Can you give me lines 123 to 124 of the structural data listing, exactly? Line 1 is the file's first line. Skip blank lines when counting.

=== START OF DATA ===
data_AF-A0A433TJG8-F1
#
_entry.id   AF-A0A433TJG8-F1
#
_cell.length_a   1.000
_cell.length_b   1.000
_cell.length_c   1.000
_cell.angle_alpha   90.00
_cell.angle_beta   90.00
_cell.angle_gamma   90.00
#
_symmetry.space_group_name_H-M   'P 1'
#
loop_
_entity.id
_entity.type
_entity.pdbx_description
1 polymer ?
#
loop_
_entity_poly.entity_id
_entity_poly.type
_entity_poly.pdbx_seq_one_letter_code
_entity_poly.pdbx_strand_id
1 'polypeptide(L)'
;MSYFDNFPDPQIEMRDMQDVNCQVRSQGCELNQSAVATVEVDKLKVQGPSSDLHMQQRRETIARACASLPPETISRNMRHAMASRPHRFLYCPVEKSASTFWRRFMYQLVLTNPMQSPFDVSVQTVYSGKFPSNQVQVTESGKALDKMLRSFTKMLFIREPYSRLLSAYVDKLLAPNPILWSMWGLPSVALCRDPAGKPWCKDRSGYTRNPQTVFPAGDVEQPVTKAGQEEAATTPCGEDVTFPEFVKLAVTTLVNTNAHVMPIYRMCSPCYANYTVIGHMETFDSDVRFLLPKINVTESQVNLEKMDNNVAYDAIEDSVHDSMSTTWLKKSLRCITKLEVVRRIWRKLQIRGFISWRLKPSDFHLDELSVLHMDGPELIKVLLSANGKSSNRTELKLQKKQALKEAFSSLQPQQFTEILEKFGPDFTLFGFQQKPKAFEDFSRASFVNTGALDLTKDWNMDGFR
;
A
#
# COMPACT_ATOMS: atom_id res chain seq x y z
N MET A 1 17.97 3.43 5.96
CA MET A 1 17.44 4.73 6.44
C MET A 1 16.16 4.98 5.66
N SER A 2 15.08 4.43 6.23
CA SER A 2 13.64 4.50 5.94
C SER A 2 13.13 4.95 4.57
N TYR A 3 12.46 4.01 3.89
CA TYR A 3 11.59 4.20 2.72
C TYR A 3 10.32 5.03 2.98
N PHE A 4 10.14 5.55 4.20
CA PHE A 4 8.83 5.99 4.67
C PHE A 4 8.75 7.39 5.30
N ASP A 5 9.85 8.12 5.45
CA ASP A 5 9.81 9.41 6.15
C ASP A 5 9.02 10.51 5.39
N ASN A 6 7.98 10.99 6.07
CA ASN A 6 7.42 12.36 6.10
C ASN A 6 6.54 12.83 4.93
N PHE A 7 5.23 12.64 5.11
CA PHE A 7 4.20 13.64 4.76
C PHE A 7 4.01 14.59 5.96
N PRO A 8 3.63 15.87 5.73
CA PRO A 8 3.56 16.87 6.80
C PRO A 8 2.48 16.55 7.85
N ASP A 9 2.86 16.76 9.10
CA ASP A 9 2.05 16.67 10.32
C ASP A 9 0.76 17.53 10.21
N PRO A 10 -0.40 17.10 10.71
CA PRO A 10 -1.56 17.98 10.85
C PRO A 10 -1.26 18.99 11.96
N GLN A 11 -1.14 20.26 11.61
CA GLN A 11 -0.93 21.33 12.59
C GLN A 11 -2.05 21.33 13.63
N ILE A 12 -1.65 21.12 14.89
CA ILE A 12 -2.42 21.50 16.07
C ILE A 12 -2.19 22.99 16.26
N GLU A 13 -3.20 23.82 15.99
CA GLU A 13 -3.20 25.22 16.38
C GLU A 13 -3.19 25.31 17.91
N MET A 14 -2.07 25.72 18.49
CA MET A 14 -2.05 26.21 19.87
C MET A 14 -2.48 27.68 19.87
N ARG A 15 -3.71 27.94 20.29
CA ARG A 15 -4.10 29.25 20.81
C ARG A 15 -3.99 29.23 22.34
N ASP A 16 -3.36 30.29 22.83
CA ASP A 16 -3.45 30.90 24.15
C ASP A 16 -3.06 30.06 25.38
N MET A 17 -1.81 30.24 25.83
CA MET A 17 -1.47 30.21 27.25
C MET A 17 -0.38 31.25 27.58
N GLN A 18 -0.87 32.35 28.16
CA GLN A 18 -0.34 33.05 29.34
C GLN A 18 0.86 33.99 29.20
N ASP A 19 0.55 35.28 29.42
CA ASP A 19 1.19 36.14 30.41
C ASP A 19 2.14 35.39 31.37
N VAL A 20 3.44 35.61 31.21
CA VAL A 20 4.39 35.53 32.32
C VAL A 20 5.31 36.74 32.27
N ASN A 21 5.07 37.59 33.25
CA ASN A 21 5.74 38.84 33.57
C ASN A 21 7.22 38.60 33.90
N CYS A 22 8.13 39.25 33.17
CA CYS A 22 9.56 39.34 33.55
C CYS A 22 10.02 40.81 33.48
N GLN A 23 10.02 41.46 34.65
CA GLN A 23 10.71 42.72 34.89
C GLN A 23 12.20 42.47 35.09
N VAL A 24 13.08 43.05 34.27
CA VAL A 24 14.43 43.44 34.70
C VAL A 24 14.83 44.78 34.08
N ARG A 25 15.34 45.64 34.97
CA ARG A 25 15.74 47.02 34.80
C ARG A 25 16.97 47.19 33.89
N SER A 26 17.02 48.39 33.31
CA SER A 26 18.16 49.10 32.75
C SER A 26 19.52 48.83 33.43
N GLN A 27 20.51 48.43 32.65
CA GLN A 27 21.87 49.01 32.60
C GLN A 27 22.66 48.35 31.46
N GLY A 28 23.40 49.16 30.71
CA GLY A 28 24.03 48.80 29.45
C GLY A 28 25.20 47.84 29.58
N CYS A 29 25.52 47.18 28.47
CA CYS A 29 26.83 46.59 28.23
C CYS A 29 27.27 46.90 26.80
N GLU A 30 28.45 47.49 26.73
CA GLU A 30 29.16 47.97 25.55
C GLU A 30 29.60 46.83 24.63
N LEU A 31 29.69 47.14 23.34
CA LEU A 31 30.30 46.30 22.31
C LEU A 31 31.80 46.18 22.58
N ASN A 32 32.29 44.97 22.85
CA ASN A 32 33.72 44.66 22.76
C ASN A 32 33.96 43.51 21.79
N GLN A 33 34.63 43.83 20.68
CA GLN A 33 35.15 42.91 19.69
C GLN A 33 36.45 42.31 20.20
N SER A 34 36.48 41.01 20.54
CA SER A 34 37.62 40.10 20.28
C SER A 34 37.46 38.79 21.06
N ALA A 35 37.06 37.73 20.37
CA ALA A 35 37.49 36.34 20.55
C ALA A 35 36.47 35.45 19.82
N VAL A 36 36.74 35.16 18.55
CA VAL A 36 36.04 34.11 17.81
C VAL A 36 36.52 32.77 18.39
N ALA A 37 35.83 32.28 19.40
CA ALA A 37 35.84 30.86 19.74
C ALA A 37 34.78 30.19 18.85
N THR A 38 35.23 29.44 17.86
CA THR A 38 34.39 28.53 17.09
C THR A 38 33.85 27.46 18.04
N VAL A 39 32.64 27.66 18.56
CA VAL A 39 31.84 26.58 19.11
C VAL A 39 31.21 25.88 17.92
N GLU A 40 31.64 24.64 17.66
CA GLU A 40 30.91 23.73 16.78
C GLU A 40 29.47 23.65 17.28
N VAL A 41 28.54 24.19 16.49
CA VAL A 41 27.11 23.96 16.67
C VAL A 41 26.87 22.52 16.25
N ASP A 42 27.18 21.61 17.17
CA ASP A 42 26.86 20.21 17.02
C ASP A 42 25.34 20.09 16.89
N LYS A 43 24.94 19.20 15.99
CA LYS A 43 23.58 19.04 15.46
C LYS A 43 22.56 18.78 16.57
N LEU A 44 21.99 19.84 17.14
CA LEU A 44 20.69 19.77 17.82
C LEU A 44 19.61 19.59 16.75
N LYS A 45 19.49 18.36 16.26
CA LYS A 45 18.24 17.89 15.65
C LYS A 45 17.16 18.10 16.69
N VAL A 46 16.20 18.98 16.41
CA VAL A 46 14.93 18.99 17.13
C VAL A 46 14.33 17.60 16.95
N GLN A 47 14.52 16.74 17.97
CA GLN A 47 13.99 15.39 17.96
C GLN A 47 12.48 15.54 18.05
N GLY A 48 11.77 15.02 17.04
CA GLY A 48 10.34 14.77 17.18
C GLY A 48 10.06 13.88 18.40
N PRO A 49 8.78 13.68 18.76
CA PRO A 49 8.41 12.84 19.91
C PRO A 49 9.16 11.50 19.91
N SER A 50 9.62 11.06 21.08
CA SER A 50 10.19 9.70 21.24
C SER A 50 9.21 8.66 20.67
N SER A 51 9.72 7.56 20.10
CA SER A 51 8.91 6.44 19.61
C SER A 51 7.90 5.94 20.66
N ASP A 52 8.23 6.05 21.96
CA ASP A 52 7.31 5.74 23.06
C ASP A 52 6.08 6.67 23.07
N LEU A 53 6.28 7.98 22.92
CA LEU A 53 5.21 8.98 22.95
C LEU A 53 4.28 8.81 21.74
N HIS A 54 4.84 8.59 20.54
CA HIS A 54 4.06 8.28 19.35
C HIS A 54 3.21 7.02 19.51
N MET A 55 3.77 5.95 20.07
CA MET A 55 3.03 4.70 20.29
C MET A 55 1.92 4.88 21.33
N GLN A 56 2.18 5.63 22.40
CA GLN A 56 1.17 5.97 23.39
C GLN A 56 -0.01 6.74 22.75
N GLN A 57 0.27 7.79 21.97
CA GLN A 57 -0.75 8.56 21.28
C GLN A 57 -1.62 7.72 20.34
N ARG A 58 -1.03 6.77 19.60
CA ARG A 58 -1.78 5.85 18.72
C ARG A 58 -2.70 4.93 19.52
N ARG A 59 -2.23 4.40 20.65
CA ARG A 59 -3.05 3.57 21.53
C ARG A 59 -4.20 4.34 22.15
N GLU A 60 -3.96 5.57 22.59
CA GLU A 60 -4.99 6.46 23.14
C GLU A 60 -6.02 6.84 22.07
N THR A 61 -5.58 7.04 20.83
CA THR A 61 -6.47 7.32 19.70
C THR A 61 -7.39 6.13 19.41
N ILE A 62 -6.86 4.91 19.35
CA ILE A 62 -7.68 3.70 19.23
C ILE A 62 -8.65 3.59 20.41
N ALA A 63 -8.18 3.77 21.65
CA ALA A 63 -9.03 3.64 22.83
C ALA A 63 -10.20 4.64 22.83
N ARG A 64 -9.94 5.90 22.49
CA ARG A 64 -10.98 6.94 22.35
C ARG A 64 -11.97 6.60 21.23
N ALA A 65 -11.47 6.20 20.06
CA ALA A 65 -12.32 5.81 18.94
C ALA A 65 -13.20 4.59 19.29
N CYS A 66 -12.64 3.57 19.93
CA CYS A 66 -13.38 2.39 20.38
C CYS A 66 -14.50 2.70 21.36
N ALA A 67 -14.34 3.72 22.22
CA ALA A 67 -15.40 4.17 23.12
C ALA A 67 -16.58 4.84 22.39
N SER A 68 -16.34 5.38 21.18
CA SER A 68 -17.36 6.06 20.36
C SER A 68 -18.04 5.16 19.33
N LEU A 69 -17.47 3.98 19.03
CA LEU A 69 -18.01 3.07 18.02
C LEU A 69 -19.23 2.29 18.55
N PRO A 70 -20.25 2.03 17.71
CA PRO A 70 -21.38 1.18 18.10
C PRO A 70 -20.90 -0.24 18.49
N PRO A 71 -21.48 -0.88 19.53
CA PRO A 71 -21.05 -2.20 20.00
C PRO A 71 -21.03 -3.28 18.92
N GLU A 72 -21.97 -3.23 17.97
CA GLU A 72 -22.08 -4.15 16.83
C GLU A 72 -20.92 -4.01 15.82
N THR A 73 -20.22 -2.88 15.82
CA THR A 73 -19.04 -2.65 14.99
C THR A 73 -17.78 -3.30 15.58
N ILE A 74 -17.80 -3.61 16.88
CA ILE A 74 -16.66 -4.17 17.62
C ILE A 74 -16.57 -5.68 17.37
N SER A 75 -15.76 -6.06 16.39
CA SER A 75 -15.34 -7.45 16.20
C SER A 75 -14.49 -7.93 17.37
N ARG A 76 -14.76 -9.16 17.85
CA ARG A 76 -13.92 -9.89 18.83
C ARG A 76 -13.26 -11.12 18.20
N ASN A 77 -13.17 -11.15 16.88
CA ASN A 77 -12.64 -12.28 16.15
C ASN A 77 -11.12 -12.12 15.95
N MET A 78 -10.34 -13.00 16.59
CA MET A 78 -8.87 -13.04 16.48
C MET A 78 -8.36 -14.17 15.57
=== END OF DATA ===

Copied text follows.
C LEU A 31 31.80 46.18 22.58
N ASN A 32 32.29 44.97 22.85